As I go back analyze content from Dell’s second annual Dell World conference, one theme in particular stands out – Dell’s E2E (end to end) vision and strategy. Dell as a CTO (configure to order) PC manufacturer is somewhat of a distantmemory now, which shines an even brighter light on their E2E capabilities. In a nutshell, Dell has created the capability for end-user apps to be delivered in a managed, secure framework. While this seems simple, they are doing so for a wide range of client devices and app delivery methods……and they are doing so leveraging datacenter infrastructure through to those client devices with a comprehensive suite of software and professional services.
At a datacenter level, the future of E2E is enabled by building a secure, scalable infrastructure capable of supporting seamless, continuous services delivery.
Dell has long been one of worlds’ two top server vendors, and is now so close to their competitor HP that, as Michael Dell joked in his keynote, if each of the 6,000 attendees to Dell World bought 10 servers, Dell would be #1 measured by unit sales. And for those customers who don’t want to build out new datacenter capacity, Dell will build, manage, and support one for them, either through their Dell’s own shared cloud capability or through a dedicated private cloud.
Virtualization is now table stakes for converged datacenters, and Dell supports VMware, Microsoft, and Citrix virtualization solutions. Dell’s Wyse acquisition gave them desktop virtualization solutions, which play a central role in thin and zero clients, which I’ll return to in a few paragraphs.
Next, Dell has assembled a first-rate datacenter and web security framework based on their SecureWorks products, which enable datacenter network security and managed security services, while allowing their customers the flexibility of using favored 3rd party client security offerings.
Dell may have reprioritized an enterprise play above the PC business, but that doesn’t mean they are any less interested in client computing. In fact, they have broadened their support for client computing when you factor in standard PCs and comprehend new tablets, thin/zero clients, virtual machines and their entire BYOx offering.
Let me start with PCs. Dell was very bullish on Windows 8 PC, which was interesting given others luke-warm reception in the industry. The most interesting thing was Michael Dell’s comment on Windows 8 and the commercial markets where he said interest was exceeding expectations. When you dig deeper, it makes sense in that certainly bringing a Windows 8 device into the enterprise is a better proposition for IT than an Android tablet or Apple iPad. Windows 8 tablets look to the enterprise as just another Windows device, so it can leverage the same deployment, provisioning, manageability, and security tools.
Dell’s PCs are as strong as I have ever seen and I could see them gaining momentum as soon as the market comes back to normal levels. The XPS line has been very distinct and gives the Macbooks a serious run for their money in terms of overall experience. The tablets were interesting as well, with theDell XPS 10 providing 20 hours of battery life in hybrid-mode and theLatitude 10, a real enterprise iPad killer. IT, and for that matter, CFOs would be crazy to continue their iPad rollouts. The Latitude provides IT everything they want in a tablet without the hassle of supporting a device like the iPad.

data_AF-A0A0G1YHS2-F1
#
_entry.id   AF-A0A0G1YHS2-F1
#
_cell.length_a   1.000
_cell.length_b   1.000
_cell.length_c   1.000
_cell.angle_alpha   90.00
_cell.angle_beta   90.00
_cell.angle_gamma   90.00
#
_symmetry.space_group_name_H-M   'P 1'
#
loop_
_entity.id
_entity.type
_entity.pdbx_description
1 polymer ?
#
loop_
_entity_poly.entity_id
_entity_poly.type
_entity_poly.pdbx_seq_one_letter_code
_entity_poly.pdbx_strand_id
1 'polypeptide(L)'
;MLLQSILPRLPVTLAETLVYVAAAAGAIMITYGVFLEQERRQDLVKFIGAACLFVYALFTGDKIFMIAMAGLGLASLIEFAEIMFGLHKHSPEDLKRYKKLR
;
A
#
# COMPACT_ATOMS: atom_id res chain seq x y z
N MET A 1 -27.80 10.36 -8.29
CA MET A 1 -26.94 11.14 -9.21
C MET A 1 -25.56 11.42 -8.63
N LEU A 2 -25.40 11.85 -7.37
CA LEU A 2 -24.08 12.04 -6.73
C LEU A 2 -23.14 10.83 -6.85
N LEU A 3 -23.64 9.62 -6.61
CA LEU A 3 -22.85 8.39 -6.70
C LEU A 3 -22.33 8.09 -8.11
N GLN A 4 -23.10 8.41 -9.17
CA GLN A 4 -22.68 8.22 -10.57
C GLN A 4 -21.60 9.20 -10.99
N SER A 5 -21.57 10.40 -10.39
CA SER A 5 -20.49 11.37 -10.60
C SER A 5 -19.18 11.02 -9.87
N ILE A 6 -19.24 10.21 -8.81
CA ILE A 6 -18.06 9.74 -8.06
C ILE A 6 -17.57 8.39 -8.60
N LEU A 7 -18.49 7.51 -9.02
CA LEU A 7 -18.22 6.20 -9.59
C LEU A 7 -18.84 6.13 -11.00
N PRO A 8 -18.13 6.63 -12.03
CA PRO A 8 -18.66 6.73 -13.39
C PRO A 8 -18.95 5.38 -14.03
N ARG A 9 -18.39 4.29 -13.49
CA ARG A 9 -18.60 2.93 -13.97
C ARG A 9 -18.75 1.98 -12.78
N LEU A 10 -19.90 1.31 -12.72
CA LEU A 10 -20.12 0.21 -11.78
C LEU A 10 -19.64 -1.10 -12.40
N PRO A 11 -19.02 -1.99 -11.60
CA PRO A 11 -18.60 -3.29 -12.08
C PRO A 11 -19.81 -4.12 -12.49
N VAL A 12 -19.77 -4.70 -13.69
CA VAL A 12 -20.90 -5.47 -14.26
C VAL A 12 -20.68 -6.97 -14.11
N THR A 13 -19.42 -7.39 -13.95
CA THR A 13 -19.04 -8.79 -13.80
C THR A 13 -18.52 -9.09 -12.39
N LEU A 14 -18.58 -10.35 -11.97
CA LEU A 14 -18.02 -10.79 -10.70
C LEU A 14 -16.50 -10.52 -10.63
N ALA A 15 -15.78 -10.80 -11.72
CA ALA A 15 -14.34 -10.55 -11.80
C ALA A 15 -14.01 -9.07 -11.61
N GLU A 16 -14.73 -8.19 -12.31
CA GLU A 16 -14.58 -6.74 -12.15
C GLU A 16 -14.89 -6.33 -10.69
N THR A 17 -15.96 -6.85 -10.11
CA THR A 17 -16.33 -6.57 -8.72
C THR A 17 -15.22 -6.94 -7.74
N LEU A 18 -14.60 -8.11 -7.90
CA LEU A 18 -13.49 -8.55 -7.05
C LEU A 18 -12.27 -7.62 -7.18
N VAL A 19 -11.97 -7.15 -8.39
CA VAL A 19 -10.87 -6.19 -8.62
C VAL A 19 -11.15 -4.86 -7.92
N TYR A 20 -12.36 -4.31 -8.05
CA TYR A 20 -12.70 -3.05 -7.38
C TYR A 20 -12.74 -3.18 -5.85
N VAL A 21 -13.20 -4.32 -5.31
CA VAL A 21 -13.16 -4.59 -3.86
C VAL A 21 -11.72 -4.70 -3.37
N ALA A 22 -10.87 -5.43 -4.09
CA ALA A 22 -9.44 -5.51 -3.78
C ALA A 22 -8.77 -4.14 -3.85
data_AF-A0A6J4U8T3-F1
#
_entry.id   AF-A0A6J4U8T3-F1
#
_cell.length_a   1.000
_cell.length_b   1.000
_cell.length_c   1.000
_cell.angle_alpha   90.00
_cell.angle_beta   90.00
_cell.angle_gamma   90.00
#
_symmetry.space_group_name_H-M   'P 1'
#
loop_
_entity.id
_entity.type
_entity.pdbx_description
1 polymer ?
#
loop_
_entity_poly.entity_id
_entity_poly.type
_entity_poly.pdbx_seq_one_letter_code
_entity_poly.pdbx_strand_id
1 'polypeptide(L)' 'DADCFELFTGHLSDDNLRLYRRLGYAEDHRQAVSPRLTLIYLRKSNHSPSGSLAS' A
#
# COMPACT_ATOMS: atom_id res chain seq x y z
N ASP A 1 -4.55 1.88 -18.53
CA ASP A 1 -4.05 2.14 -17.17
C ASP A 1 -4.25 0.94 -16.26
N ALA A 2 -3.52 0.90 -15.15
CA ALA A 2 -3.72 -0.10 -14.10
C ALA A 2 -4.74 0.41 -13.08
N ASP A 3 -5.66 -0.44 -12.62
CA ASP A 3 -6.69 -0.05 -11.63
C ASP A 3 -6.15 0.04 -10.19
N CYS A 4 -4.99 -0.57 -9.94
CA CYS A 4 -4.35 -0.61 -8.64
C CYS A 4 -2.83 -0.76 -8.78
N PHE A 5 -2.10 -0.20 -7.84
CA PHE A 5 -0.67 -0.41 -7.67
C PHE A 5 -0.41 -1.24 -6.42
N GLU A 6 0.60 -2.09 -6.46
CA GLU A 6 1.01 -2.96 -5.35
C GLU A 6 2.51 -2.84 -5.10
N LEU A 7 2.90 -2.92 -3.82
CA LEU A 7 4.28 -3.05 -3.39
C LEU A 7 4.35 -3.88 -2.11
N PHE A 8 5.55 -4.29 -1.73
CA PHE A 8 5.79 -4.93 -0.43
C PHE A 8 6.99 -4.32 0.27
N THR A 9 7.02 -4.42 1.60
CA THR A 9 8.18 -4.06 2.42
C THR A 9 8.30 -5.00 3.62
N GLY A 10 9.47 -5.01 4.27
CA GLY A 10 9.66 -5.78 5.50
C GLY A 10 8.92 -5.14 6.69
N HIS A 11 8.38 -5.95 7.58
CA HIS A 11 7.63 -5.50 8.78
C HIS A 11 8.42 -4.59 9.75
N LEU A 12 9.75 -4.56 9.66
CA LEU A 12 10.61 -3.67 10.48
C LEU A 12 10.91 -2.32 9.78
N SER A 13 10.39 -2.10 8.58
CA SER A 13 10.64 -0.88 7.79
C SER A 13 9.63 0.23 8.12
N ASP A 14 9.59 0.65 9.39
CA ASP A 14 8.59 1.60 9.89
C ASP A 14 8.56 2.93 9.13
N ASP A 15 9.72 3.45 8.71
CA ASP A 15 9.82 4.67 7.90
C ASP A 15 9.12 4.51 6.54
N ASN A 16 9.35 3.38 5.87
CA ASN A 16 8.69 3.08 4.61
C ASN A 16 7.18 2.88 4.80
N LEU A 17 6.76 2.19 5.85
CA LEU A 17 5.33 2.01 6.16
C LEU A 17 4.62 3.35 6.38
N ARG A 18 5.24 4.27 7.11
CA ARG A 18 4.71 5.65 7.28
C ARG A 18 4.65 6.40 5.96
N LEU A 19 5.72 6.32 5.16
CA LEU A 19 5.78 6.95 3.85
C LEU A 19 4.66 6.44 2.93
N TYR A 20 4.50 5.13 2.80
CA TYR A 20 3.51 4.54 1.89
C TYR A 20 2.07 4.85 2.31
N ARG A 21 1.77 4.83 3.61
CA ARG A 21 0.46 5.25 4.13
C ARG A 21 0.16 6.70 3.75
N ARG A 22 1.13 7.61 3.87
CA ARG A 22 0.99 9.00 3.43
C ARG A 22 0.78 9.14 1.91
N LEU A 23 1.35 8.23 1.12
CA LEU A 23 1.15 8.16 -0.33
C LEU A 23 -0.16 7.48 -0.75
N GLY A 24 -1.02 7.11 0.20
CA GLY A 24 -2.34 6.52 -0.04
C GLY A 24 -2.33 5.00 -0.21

Dell is also making a client computing play even when it’s not a PC or non-Dell branded PCs. Here is where it gets very interesting. Through Dell’s multiple acquisitions like Wyse, SonicWALL, KACE, SecureWorks, and Quest, Dell can now provide the comprehensive deployment, provisioning, manageability, and security tools for any branded phone, tablet or PCs. This helps take all objections off the table to doing this kind of business with Dell and sets them up to provide to any customer any kind of client-based computing solution. The essence is that Dell will ensure a secure, managed connection from their customers’ datacenter to any device using .NET, HTML5 and other standards-based application delivery methods.
Returning to Dell’s E2E security story, which is such a crucial part of any E2E strategy, Dell is not trying to reinvent the wheel, and is instead leveraging existing best-in-class products for client devices, networks and network access, and access to both apps and content through existing ecommerce frameworks (Android Play, Apple Store, etc.). Dell is focused on providing their own best-in-class framework for data security and management, from cloud to client.
Dell’s E2E offering is a long away from the days of Dell just providing CTO-based PCs. The E2E story is impressive and the real customer testimonials are compelling, too, which of course, makes sense, given it was Dell World. Dell has “burned the PC-only bridges” and is on its way to providing end-to-end solutions and services that can provide best-in-class datacenter and end-user platforms to its customers. The key for Dell is momentum and integration. They have momentum right now on E2E, but is losing some on the PC side as measured by business and market share results. This is hurting their profile short-term, but if they can turn enterprise into the juggernaut they envision, PC share declines will fade away into the past just as it did for IBM. Dell also needs to continue integrating their newly-acquired acquisitions at an even quicker pace as end customers want one throat to choke.
Dell now sits at the same E2E table as HP, IBM, and Oracle, which is making competitors very nervous and the E2E game really get a lot more interesting for industry watchers and for enterprise IT.